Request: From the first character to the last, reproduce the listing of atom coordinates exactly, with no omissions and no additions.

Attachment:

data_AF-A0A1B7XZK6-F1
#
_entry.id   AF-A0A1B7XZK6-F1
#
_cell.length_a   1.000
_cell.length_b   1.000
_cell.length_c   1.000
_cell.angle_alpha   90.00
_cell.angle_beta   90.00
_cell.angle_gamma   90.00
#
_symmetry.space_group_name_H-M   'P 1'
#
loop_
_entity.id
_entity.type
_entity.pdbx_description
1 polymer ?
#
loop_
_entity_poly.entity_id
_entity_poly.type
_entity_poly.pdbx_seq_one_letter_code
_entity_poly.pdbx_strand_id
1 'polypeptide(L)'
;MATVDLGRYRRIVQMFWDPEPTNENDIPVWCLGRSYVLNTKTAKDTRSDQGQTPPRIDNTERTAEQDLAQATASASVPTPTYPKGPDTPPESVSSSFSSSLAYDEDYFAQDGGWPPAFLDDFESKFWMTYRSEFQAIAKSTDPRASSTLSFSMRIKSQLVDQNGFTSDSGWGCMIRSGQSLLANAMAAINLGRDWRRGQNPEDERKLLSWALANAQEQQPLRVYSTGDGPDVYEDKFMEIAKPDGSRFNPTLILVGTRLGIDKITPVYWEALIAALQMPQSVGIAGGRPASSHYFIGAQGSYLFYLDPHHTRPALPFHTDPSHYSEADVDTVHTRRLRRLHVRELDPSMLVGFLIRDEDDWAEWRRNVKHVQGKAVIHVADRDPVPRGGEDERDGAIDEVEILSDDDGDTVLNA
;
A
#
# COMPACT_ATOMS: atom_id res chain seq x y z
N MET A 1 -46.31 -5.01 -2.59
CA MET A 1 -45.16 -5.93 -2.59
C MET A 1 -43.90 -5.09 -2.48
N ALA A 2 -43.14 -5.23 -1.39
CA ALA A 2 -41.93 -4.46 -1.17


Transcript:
data_AF-A0A1B7XZK6-F1
#
_entry.id   AF-A0A1B7XZK6-F1
#
_cell.length_a   1.000
_cell.length_b   1.000
_cell.length_c   1.000
_cell.angle_alpha   90.00
_cell.angle_beta   90.00
_cell.angle_gamma   90.00
#
_symmetry.space_group_name_H-M   'P 1'
#
loop_
_entity.id
_entity.type
_entity.pdbx_description
1 polymer ?
#
loop_
_entity_poly.entity_id
_entity_poly.type
_entity_poly.pdbx_seq_one_letter_code
_entity_poly.pdbx_strand_id
1 'polypeptide(L)'
;MATVDLGRYRRIVQMFWDPEPTNENDIPVWCLGRSYVLNTKTAKDTRSDQGQTPPRIDNTERTAEQDLAQATASASVPTPTYPKGPDTPPESVSSSFSSSLAYDEDYFAQDGGWPPAFLDDFESKFWMTYRSEFQAIAKSTDPRASSTLSFSMRIKSQLVDQNGFTSDSGWGCMIRSGQSLLANAMAAINLGRDWRRGQNPEDERKLLSWALANAQEQQPLRVYSTGDGPDVYEDKFMEIAKPDGSRFNPTLILVGTRLGIDKITPVYWEALIAALQMPQSVGIAGGRPASSHYFIGAQGSYLFYLDPHHTRPALPFHTDPSHYSEADVDTVHTRRLRRLHVRELDPSMLVGFLIRDEDDWAEWRRNVKHVQGKAVIHVADRDPVPRGGEDERDGAIDEVEILSDDDGDTVLNA
;
A
#
# COMPACT_ATOMS: atom_id res chain seq x y z
N MET A 1 -46.31 -5.01 -2.59
CA MET A 1 -45.16 -5.93 -2.59
C MET A 1 -43.90 -5.09 -2.48
N ALA A 2 -43.14 -5.23 -1.39
CA ALA A 2 -41.93 -4.46 -1.17